The Real Deal New York

Mastercard looks to expand Midtown South tech hub

Payments processor looking for as much as 150K sf: sources
By Rich Bockmann | December 06, 2016 12:20PM

114 Fifth Avenue and MasterCard's Tech Hub (credit: MasterCard)

114 Fifth Avenue and MasterCard’s Tech Hub (credit: MasterCard)

There are some things money can’t buy. A 150,000-square foot block of space in Midtown South just might be one of them.

Mastercard, which about two years ago leased just under 60,000 square feet in the Flatiron District for its digital group, is scouring the tight Midtown South market for a space more than twice that size, according to sources familiar with the search.

The payment-processing giant signed a deal in 2014 at L&L Holding Company’s TRData LogoTINY 18-story 114 Fifth Avenue, a property that’s home to Mashable and Capital One Labs, the eponymous bank’s tech hub.

Mastercard expanded by another 20,000 square feet in the spring of 2015, according to Costar Group data. But with the 350,000-square-foot building now fully leased, the tech group is looking outward to meet its growing needs.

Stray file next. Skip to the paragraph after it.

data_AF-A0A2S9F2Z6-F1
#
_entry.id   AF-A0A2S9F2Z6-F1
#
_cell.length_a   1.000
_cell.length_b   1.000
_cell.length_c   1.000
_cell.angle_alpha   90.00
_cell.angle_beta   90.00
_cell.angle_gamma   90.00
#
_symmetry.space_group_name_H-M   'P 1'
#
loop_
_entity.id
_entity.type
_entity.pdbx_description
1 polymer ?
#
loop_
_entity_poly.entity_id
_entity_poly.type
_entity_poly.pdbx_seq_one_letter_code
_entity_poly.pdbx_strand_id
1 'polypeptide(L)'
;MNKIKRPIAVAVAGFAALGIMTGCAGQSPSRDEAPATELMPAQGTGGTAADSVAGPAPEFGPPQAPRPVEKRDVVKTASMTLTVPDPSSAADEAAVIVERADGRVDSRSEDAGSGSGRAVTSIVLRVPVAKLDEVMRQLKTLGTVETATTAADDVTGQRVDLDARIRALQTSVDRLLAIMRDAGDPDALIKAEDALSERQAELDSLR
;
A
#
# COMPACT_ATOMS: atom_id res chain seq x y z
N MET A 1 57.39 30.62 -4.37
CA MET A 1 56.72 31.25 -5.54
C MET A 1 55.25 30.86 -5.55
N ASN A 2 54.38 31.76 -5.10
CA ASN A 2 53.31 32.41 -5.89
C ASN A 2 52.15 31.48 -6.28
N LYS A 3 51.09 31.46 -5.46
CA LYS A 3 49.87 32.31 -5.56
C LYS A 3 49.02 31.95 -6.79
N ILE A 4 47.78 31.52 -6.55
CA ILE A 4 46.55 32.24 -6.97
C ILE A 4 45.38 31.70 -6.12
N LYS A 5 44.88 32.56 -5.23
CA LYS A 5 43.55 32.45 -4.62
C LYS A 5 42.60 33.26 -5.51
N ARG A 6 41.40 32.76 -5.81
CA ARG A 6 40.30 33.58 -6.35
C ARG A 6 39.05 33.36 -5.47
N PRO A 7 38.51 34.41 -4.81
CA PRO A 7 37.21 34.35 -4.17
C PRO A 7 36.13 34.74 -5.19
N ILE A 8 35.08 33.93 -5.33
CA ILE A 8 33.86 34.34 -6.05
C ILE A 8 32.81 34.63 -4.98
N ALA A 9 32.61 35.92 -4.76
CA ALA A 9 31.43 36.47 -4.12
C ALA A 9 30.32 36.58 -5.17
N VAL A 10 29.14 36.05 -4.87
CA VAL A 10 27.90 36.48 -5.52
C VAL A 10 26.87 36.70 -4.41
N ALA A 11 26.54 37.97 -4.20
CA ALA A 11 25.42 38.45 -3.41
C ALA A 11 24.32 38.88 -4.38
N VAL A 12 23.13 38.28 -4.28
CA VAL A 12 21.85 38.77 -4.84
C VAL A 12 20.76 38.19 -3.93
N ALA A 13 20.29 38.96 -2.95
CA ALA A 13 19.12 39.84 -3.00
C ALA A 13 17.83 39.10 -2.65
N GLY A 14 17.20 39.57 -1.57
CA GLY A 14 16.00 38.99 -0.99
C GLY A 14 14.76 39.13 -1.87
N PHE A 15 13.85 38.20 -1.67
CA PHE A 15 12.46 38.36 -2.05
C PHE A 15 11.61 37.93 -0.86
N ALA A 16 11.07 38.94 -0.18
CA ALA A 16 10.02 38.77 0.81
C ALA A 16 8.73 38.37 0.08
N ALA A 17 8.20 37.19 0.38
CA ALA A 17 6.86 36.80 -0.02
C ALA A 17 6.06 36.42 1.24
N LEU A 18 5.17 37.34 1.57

Sources said the company is intent on staying in Midtown South and recently had a lease out at the Rosen Group’s 902 Broadway for about 30,000 square feet, but walked away in November when the requirement grew to roughly 150,000 square feet.

Cushman & Wakefield’s Mitchell Barnett is handling the search. A representative for Mastercard declined to comment.

Staying in Midtown South with such a large assignment is a tall order.

Swedish-based music-streaming app Spotify, which is based just around the corner from Mastercard’s office at RXR Realty’s 620 Sixth Avenue, is reportedly in talks to take a large chunk of space at the World Trade Center. Spotify’s looking for north of 300,000 square feet, and is on a short timeline.

Such a move would be a sign that not only are Midtown South tenants with large requirements finding the submarket simply can’t meet their needs, but that they’re also willing to branch out to other areas not normally thought of as tech hubs.